What Produce Is in Season This Summer?
Summer is inarguably the best time of year for many, many fruits and vegetables, which makes it hard to distinguish between what you should and shouldn’t be buying. So here is a list of not-to-miss produce, all at its peak in July, August, and September. Be sure to seek out your local farmers markets for max freshness and flavor -- most is picked the same day it’s sold.
Although available year-round, avocados are at their peak during the warm summer months.
Available in many different colors and sizes, these glossy-skinned veggies are full of vitamin C and A. Bell peppers originated in South America, where seeds of a wild variety are believed to date back to 5,000 BC. The various colored bell peppers all come from the same plant, but differ in their level of maturity.
Summer berries -- blackberries, blueberries, strawberries, huckleberries, and raspberries -- are rich in nutrients and antioxidants. Toss into salads, swirl into yogurt, or top over ice cream, for a summer treat.
High in vitamin A and C, cantaloupe contains over 30 times more beta-carotene than fresh oranges, and oranges already contain a lot! Although referred to as a fruit, most people don’t know that melons belong to the same gourd family as winter squash, cucumbers, and pumpkins.
The appearance of these glossy little suckers in grocery stores is a clear signal that summer has arrived. They’re high in vitamin C and antioxidants, but more importantly, are excellent in Fireball cocktails.
The wide array of chili peppers in varying sizes, colors, and heat levels is sure to spice up your summer cooking. Try swapping out tired old jalapeños for ancho, Thai-style, or even habanero chilis!
Corn is at its best and sweetest right at the end of June, just after it is picked. Make sure to buy local to ensure freshness, as the less time traveled to the market, the better. Try it right off the grill with Sriracha!
A member of the squash family, cucumbers' high water content is refreshing during the hot summer months, particularly in grapefruit margaritas. They’re also a good source of vitamin C and silica, which is important for connective tissue health and also does wonders for the skin. Be on the lookout for small Turkish or Persian varieties!
Many varieties of eggplant show up during the summer months, from long, purple Japanese eggplant to little globes. Ranging in color from dark purple to green to even white, these veggies love to be grilled and are hearty enough to replace meat, if that’s your thing.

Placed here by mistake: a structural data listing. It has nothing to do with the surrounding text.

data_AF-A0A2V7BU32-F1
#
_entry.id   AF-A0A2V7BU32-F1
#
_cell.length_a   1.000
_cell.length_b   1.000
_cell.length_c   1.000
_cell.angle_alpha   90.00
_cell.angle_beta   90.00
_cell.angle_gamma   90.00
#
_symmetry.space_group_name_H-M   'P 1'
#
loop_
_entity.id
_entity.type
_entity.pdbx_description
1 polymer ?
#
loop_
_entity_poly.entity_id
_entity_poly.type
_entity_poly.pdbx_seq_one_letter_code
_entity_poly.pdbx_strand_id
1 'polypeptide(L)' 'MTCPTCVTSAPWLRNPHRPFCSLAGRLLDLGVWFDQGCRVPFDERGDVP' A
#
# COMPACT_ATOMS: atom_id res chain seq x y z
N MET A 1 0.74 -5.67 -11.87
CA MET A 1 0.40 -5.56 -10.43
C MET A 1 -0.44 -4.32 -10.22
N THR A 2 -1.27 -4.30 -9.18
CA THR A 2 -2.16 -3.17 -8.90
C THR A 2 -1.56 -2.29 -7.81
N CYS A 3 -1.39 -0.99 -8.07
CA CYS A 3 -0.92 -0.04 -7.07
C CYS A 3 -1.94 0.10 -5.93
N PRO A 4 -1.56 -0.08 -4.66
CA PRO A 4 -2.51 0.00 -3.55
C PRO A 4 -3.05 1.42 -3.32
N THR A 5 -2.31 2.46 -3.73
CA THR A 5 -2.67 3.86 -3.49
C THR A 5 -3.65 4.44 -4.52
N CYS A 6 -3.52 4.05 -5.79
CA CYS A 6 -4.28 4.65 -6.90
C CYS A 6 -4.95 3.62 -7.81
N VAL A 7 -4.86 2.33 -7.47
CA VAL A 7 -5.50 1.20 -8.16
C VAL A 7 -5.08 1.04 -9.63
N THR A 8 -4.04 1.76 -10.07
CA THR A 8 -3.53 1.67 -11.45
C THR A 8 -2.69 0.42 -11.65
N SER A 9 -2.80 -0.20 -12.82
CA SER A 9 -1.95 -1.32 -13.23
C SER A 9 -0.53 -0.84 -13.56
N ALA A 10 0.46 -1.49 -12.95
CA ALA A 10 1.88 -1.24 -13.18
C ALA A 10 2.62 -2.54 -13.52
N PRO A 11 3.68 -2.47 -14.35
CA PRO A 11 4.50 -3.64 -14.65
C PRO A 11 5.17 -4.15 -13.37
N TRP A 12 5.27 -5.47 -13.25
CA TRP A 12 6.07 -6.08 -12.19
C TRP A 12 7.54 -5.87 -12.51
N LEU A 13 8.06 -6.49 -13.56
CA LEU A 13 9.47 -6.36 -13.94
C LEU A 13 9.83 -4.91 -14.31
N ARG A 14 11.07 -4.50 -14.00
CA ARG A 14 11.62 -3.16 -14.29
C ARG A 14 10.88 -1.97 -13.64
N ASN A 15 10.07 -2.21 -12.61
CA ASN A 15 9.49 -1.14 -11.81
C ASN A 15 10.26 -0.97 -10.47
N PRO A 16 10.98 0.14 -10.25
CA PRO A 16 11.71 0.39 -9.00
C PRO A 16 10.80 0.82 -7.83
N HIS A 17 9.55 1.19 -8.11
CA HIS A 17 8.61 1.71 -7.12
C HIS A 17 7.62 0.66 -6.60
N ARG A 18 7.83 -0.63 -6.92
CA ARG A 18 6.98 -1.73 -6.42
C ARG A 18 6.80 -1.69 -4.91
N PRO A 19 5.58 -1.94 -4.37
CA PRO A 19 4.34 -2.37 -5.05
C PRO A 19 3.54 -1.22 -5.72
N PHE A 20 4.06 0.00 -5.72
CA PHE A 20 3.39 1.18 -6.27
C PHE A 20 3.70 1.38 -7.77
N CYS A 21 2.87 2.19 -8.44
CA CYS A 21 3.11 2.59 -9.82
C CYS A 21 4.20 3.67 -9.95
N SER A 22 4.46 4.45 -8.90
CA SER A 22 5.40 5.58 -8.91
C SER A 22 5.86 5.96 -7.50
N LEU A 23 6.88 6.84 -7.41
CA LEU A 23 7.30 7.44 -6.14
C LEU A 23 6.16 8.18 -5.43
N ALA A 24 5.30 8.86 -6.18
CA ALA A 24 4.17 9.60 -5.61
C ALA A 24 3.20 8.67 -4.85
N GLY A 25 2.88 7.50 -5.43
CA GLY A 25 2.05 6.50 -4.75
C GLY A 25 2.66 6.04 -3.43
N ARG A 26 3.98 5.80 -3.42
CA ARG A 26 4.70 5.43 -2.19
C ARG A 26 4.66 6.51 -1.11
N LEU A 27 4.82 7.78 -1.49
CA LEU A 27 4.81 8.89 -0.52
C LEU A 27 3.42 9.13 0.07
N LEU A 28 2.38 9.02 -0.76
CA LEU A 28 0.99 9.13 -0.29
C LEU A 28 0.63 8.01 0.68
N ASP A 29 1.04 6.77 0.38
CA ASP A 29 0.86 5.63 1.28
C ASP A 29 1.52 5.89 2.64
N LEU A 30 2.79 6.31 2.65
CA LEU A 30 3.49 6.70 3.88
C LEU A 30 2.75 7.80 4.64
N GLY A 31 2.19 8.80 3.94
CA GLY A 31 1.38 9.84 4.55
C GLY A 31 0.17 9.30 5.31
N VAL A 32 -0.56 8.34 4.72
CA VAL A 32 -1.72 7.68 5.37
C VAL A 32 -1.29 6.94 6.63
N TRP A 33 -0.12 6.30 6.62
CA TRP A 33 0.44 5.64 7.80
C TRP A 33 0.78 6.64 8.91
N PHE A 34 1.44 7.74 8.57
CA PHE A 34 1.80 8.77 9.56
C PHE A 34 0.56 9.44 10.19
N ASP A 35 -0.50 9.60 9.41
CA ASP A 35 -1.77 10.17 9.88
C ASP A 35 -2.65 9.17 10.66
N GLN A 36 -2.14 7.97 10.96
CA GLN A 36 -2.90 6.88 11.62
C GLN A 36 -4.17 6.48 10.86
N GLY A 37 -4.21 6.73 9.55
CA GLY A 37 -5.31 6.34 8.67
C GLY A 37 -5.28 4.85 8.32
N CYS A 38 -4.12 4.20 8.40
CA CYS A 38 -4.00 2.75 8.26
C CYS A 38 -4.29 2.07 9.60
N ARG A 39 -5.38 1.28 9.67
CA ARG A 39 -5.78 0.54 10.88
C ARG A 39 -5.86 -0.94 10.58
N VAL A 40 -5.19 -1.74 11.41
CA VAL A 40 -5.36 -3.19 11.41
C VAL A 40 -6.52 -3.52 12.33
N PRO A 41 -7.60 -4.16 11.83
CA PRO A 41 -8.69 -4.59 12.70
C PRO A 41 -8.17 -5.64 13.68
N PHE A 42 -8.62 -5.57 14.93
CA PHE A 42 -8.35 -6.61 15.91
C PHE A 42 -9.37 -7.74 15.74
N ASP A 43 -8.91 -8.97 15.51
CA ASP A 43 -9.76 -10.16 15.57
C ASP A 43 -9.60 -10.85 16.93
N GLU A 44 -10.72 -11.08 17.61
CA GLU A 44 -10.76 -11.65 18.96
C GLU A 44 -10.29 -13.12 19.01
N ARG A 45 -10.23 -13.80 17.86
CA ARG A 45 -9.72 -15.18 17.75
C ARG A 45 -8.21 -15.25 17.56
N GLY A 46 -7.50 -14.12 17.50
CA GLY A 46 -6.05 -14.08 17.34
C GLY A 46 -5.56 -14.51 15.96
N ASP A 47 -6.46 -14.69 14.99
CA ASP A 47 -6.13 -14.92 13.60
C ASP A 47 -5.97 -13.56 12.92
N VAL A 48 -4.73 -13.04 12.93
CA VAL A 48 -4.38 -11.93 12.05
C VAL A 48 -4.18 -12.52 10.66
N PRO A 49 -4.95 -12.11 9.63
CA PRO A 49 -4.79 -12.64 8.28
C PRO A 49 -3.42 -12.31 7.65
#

Also known as French beans or snap beans, there are many varieties available now, including yellow and purple varieties. All of ‘em are high in fiber and vitamin A, too.
A member of the cabbage family, this crunchy, peppery bulb ranges in color from pale green to purple, has a creamy white center, and is similar in flavor to turnips and radishes. It’s wonderful raw in salad or slaws, just make sure to peel the tough outer layers before using. Choose firm bulbs with no soft spots.
Best fried, or pickled and stewed with other summer favorites like tomatoes, peppers, and eggplant, these bright green tender pods are common in Southern, Creole, Cajun, and Indian cooking. Avoid pods that are dull- and dry-looking, blemished, or limp -- they should easily snap in half. It does not store well, so use within two or three days at most.
This disk-shaped summer squash has scalloped edges and ranges in color from soft green to white to bright yellow. Pattypan are delicious grilled and a good source of magnesium, niacin, and vitamins A and C.
Choose local, blemish-free, heavy (indicates a lot of juice!) peaches for the best flavor. Try ‘em in a simple Caprese salad side dish.
Unlike green beans, shelling beans are eaten for the edible seeds inside their pods, which must be removed before cooking. A shriveled and slightly moist pod indicates a plump bean inside and when purchased fresh, shelling beans take only minutes to cook and do not require an overnight soak. They’re best later in the season.
Red, yellow, green, black, speckled, and striped -- tomatoes are at their peak.
The fruit is green, about the size of a golf ball, and firmer than a tomato. They grow to maturity inside a brown papery, inedible, husk.
Sylvia Fountaine is a professional chef, caterer, and author of www.feastingathome.com.